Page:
To produce a 3D design that could support heavy loads from all directions — what engineers call isotropic — the Berkeley researchers used the octet truss for the lattice structure. Popularized by the architect Buckminster Fuller in the 1950s, the octet truss is known for its ability to be both strong and incredibly light. In the early 1900s, Alexander Graham Bell used it to make kites.
The project builds off of previous research from Ostertag, whose lab first came up with the idea of using the octet-lattice structure with ultra-high performance concrete. Hayden Taylor, assistant professor of mechanical engineering, is the new study’s corresponding author, and Brian Salazar, a Ph.D. student in mechanical engineering, is the lead author.
The team tested two different polymers: polylactic acid (PLA), which is easy to 3D print but more brittle than other polymers, and acrylonitrile butadiene styrene (ABS), which is tougher than PLA and used in everything from Lego bricks and motorcycle helmets to whitewater canoes and car bumpers. Switching from PLA to ABS made no significant difference in compressive tests; all of the lattice-reinforced concrete samples scored high in strain density values, meaning they were able to absorb a lot of energy.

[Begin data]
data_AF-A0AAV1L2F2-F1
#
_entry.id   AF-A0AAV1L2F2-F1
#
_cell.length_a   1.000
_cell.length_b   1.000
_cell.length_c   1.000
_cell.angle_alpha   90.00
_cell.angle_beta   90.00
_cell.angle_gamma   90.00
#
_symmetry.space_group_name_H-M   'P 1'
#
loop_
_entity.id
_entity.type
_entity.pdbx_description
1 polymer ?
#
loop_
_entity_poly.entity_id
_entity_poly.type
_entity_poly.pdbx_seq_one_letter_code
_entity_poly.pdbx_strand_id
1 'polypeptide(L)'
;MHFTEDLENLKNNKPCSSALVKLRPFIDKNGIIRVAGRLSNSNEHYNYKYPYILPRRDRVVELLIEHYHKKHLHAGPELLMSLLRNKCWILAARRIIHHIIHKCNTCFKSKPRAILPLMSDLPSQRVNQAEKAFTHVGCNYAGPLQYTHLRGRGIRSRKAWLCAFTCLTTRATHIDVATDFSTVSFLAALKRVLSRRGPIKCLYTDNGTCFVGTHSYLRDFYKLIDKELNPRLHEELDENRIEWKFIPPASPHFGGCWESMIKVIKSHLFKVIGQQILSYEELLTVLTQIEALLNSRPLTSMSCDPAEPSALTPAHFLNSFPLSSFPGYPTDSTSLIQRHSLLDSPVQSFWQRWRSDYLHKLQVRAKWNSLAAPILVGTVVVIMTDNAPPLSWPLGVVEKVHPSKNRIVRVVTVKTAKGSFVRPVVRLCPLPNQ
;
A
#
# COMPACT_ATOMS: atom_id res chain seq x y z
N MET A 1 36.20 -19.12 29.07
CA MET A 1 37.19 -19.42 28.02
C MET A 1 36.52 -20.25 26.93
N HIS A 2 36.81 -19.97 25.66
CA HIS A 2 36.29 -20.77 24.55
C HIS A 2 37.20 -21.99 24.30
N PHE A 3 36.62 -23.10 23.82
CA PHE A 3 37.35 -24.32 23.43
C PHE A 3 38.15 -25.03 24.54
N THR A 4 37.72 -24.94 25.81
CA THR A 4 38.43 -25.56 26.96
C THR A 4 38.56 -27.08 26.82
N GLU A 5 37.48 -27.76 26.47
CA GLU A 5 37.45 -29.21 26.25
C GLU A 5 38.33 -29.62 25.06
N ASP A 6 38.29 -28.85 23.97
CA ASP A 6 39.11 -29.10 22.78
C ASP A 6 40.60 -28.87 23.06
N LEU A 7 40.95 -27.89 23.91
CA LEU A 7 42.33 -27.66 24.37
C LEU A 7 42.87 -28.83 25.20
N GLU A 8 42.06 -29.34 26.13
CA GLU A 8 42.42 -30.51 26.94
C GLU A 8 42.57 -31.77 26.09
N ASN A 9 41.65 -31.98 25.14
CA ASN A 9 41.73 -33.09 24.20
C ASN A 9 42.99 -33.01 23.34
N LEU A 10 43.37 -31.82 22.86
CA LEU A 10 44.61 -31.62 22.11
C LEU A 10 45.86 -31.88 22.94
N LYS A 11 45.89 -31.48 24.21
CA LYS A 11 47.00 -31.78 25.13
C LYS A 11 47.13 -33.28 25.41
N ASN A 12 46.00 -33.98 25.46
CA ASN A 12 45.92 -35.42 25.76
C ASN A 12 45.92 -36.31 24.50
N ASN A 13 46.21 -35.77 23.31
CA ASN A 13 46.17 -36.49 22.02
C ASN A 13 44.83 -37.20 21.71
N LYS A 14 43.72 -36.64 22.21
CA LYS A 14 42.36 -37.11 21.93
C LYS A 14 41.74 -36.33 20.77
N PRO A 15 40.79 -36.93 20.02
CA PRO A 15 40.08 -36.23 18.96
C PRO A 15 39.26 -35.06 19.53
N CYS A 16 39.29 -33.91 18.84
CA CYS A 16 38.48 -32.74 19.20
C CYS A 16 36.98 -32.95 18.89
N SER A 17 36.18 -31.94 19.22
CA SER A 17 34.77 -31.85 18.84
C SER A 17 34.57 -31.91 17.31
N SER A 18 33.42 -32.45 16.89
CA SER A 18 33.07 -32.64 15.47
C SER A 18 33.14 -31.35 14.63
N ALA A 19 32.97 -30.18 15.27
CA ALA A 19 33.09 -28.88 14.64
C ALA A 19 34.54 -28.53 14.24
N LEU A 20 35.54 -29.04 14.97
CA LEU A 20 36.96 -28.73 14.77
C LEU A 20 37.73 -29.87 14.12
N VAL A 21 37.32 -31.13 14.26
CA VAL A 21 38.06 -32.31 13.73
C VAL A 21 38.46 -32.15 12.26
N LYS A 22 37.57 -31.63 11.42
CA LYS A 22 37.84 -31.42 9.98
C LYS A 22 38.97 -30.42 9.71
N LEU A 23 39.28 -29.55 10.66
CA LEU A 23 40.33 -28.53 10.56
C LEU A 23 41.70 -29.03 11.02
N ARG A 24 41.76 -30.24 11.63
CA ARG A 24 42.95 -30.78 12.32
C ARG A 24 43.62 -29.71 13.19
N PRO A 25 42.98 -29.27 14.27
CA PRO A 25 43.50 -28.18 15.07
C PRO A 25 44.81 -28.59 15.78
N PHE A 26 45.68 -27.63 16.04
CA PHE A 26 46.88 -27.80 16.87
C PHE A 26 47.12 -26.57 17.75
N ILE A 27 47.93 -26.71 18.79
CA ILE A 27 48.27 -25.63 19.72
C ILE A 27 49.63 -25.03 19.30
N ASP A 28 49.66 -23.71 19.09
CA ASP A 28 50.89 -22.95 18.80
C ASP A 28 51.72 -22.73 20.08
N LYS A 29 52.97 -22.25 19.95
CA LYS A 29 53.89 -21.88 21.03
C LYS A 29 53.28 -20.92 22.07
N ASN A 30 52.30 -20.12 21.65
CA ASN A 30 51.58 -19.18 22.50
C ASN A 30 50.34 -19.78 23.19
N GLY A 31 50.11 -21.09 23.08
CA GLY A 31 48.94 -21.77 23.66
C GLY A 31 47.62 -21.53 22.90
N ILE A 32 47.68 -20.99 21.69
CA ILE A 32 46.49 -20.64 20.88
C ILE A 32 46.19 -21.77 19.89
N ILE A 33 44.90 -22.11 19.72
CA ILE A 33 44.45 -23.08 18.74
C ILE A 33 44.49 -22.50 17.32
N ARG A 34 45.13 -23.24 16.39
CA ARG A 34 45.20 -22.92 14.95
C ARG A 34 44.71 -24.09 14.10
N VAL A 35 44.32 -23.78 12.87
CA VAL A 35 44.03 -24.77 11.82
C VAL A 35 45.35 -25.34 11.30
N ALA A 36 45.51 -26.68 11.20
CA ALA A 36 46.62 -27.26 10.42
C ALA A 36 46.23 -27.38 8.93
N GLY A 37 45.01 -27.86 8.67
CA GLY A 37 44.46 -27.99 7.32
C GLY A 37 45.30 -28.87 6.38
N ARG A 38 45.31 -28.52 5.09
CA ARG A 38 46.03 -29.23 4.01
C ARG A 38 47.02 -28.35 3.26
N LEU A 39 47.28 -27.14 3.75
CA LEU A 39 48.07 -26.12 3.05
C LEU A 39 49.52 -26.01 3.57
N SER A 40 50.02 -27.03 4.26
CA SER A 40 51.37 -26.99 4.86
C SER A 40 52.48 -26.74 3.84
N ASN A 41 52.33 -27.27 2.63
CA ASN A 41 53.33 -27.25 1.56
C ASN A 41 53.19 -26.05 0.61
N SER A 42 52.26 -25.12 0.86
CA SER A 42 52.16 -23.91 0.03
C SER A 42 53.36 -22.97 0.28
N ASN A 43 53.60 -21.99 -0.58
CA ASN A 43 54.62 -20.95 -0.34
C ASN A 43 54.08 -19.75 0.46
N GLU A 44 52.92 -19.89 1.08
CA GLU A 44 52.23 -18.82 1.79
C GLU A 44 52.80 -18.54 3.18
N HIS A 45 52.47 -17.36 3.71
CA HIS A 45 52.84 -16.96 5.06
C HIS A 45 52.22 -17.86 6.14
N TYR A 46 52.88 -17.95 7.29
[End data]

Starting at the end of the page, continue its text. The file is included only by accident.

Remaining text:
The engineers also experimented with the amount of lattice reinforcements used in the concrete. One sample was thinner, with the polymer making up 19.2% of a sample’s volume. The other made up 33.7%. While increasing the amount of polymer in the samples slightly decreased their compressive strength, it increased their peak loads. Importantly, the amount of polymer didn’t significantly change the structure’s overall mechanical properties. The samples with less polymer were just as tough as those with more.
But there are some instances where more polymer might have significant benefits.
Manufacturing cement, the main ingredient in concrete, produces 8% of the world’s carbon dioxide emissions. Reinforcement material makes up less than 5% of most concrete structures. So, increasing the amount of polymer — and reducing the amount of concrete — could cut down on a structure’s overall carbon emissions.
“The reaction that produces cement inherently produces CO2,” said Taylor. “In contrast, there is a conceivable route toward polymers that are net carbon-neutral or even potentially carbon-negative through the use of biopolymers, recycling and renewable energy sources.”
A next step, Salazar said, will be to determine if different concrete uses would be better served by different lattice shapes. In the future, engineers might determine the best reinforcement geometry for a given project with the help of topology optimization software.
“Going forward, my biggest question is how to choose the best lattice structure for a particular application,” Salazar said. “There could be even more optimal geometries waiting to be found.”
Other study co-authors include Parham Aghdasi and Ian Williams from the Department of Civil and Environmental Engineering.
This research was funded by a grant to the Berkeley Education Alliance for Research in Singapore (BEARS) for the Singapore-Berkeley Building Efficiency and Sustainability in the Tropics Program.